Skeletal evidence joins only three other examples of brutal Roman practice
A surprise discovery has shed light on the gruesome execution practice of Roman crucifixion. As first reported in December 2021 in the magazine British Archaeology, a team excavating several graves at a site near Fenstanton in southeastern England came across the remains of a person executed by crucifixion during the second century C.E. Despite crucifixion being a relatively common method of Roman execution, this is only the fourth time an archaeological find has provided direct evidence of the practice. Similar to the previously discovered examples, including the remains of a crucified individual found in a first-century tomb in Jerusalem in 1968, the Fenstanton burial preserves evidence of the nail that pierced the individual’s heel bones during the crucifixion.
Analysis of the remains has shown that the victim was a man, likely in his late 20s, who lived around 1,800 to 1,900 years ago during the period of Roman control over Britain. At only a few inches in length, the nail was driven into the man’s heel bone, barely protruding out the other side. The excavators also noted that there was a second, smaller indentation in the bone, which they believe may have been a “misfire” where the nail failed to go through the bone on the first try. The burial also contained the remains of a wooden structure, possibly a bier, upon which the man’s crucified body would have been laid.
In addition to the marks left on the victim’s bones due to crucifixion, numerous other signs of healed injuries were identified, indicating severe trauma suffered throughout the man’s life. A thinning of the man’s fibulae, for example, indicated that he might have been kept in bondage for a prolonged period, perhaps as a slave. The excavators explored several other options to explain the nail in the man’s heel. However, none was seen as plausible, and the team concluded that the practice of Roman crucifixion offers the best explanation.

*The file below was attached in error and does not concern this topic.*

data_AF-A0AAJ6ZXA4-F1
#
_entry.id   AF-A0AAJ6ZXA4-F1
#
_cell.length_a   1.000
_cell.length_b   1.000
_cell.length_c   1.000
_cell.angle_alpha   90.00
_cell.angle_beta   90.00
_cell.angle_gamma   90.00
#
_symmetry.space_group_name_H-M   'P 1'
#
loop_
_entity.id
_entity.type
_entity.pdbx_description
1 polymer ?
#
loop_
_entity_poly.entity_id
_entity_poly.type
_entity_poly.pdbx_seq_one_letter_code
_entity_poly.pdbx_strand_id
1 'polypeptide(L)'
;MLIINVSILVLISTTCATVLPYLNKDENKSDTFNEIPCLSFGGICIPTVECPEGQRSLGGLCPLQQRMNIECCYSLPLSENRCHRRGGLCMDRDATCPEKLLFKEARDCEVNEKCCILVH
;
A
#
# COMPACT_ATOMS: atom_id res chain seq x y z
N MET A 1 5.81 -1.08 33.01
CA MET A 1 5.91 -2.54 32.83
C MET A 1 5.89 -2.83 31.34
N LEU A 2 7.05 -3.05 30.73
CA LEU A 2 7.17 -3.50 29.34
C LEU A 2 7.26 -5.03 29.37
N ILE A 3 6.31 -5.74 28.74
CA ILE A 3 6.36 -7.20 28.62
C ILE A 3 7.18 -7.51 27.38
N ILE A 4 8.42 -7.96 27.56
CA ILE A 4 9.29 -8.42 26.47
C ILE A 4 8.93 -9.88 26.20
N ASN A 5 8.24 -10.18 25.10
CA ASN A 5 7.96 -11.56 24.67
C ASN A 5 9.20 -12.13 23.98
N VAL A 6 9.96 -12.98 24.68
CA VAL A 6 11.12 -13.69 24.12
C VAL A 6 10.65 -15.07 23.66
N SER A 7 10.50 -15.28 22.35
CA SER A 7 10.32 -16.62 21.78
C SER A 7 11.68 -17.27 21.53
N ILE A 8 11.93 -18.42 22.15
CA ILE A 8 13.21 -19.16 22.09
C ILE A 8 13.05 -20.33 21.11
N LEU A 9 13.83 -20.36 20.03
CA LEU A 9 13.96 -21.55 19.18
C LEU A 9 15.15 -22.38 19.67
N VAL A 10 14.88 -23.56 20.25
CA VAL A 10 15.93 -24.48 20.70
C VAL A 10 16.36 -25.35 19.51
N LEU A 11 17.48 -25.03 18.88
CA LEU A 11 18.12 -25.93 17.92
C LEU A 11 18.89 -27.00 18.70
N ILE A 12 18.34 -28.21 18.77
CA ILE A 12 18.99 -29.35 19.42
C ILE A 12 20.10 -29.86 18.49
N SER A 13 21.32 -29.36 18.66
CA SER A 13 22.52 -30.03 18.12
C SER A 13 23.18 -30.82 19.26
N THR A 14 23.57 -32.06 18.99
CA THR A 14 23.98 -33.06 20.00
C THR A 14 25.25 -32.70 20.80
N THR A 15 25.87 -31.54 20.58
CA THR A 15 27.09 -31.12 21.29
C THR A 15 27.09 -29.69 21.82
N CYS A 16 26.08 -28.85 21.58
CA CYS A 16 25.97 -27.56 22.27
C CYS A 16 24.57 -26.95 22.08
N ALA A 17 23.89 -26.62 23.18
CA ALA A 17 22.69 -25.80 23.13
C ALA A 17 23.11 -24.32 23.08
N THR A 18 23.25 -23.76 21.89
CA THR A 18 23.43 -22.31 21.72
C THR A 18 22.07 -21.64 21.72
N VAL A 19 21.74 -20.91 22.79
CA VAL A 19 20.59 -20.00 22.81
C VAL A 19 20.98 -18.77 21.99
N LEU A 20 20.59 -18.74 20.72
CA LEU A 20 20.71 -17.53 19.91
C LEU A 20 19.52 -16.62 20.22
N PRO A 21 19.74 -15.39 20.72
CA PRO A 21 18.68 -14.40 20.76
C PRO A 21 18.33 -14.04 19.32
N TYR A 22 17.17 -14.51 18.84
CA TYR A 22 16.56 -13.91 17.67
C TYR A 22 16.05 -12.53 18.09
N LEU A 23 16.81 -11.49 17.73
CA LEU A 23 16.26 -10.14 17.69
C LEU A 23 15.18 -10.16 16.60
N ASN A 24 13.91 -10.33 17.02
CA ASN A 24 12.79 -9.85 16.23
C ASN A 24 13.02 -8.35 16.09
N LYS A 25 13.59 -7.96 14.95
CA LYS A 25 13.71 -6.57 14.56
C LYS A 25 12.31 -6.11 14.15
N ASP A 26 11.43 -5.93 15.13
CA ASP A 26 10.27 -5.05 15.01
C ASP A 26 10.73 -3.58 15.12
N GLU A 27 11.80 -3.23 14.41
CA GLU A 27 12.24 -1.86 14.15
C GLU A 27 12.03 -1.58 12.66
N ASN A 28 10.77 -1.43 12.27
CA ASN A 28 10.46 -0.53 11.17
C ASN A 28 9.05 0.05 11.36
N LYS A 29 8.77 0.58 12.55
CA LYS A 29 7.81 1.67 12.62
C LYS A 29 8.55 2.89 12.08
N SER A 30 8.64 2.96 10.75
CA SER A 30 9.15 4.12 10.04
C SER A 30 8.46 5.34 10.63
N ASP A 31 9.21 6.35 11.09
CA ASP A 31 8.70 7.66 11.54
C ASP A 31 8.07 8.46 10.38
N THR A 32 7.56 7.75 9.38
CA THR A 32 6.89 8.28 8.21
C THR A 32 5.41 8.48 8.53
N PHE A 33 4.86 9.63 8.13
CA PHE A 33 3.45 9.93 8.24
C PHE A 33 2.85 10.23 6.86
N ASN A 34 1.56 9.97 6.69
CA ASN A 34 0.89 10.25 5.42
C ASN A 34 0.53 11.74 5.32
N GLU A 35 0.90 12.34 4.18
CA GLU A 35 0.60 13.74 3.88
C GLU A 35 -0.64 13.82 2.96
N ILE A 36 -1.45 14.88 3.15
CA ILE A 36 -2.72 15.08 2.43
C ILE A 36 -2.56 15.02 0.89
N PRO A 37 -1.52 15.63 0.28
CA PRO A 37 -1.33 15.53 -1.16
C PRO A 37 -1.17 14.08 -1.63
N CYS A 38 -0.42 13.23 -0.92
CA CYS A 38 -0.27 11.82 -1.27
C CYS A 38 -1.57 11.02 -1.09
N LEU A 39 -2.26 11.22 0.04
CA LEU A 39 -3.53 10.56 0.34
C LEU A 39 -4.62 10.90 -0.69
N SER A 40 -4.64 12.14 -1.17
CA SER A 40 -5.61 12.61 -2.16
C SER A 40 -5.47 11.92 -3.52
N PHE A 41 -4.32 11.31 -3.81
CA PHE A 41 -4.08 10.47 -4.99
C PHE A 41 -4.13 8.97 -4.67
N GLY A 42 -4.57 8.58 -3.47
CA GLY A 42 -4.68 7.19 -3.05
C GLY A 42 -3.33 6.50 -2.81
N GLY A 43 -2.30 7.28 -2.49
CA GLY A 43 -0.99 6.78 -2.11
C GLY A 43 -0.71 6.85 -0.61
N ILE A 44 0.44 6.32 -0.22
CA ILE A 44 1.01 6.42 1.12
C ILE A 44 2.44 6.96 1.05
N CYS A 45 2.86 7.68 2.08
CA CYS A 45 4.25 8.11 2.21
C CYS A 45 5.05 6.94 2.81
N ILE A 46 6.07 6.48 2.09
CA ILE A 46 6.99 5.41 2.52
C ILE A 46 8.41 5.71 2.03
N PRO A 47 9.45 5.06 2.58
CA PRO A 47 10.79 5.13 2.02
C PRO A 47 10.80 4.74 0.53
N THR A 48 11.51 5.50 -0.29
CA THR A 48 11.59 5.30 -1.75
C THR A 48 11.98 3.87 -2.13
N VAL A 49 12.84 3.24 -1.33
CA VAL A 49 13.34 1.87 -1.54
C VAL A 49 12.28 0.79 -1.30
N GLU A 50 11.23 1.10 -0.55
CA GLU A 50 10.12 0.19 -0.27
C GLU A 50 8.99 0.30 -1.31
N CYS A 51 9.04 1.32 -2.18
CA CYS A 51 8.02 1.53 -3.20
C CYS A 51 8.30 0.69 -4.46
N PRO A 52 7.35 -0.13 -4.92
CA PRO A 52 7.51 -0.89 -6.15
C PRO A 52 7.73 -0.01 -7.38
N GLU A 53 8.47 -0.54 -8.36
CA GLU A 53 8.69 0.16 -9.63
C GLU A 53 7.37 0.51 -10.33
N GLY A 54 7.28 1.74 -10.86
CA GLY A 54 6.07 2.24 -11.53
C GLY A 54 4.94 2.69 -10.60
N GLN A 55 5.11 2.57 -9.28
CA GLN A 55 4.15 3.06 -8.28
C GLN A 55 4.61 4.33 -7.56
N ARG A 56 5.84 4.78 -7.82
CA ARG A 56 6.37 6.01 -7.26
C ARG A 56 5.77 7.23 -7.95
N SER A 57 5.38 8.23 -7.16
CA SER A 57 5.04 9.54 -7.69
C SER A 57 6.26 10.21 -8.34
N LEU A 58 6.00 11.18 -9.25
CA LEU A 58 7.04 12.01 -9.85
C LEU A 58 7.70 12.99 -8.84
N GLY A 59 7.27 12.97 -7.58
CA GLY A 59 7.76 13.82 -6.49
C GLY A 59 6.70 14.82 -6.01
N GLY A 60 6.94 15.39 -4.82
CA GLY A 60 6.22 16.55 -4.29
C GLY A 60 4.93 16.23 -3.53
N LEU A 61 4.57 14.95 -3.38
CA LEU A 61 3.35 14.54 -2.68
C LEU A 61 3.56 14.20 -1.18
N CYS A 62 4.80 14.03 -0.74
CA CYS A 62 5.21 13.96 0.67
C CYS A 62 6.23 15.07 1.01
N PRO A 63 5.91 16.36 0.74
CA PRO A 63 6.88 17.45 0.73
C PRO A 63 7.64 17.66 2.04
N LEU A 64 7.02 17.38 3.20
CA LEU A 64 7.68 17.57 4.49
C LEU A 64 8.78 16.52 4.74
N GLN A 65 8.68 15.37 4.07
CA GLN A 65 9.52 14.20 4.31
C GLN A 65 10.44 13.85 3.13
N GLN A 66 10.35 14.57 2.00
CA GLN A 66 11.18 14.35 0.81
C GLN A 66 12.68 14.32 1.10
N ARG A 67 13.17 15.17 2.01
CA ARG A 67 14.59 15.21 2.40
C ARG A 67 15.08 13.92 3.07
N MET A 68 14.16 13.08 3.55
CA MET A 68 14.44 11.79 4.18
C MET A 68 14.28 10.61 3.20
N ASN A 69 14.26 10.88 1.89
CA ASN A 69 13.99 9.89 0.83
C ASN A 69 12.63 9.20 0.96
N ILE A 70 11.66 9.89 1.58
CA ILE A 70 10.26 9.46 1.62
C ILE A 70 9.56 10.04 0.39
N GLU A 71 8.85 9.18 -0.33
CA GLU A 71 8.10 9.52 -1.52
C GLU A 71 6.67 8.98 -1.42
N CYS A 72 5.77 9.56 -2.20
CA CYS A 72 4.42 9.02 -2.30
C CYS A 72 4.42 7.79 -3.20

The team uncovered more than 40 additional gravesites at Fenstanton, indicating that the area was used as one of the settlement’s primary burial sites and, equally significant, that the crucified man’s remains were treated with the same care as other burials. This is quite unusual, as those executed by crucifixion—often criminals—were typically not buried in community gravesites or tombs. This is part of the reason only three other examples of crucifixion have been identified in archaeological contexts, with one coming from Italy, one from Egypt, and one from Jerusalem. The Fenstanton remains indicate that, regardless of the crime for which the man was crucified, he was viewed by the local community as deserving of a proper burial. Indeed, DNA analysis of the remains indicates the man was local to the area and not from somewhere else within the vast Roman Empire. Unfortunately, it will never be known for what crimes he was crucified.
There are two main reasons that so few examples of Roman crucifixion have been found. First, crucifixion was typically carried out with ropes as opposed to nails. Because of this, the skeletal remains of most victims of crucifixion would bear few signs of the trauma they endured. Second, as noted above, crucifixion victims would rarely have received a standard burial. This Fenstanton discovery is an exception to the rule, as was the example from Jerusalem, which was discovered in 1968 within the tomb of a prominent family, who had clearly taken their executed relative and buried him within the family tomb.
This new example adds to the evidence of the Roman crucifixion process and helps to answer the question of where were the nails placed in crucifixion. In contrast to how crucifixion is depicted in Christian iconography, the feet of the victim would not have been nailed together on the front of the cross. Instead, the heels would have been nailed to either side of the cross. This would not have been to position the body, but rather to prevent the victim from being able to lift themselves with their feet. This corresponds well to early depictions of crucifixion. Two more nails would have likely been drilled into the hands of the victim, as indicated in the Gospel of Luke (24:39).
To learn more about the history and methods of Roman crucifixion, see the Bible History Daily post “Roman Crucifixion Methods Reveal the History of Crucifixion.”
A version of this article originally appeared on BHD December 20, 2021.
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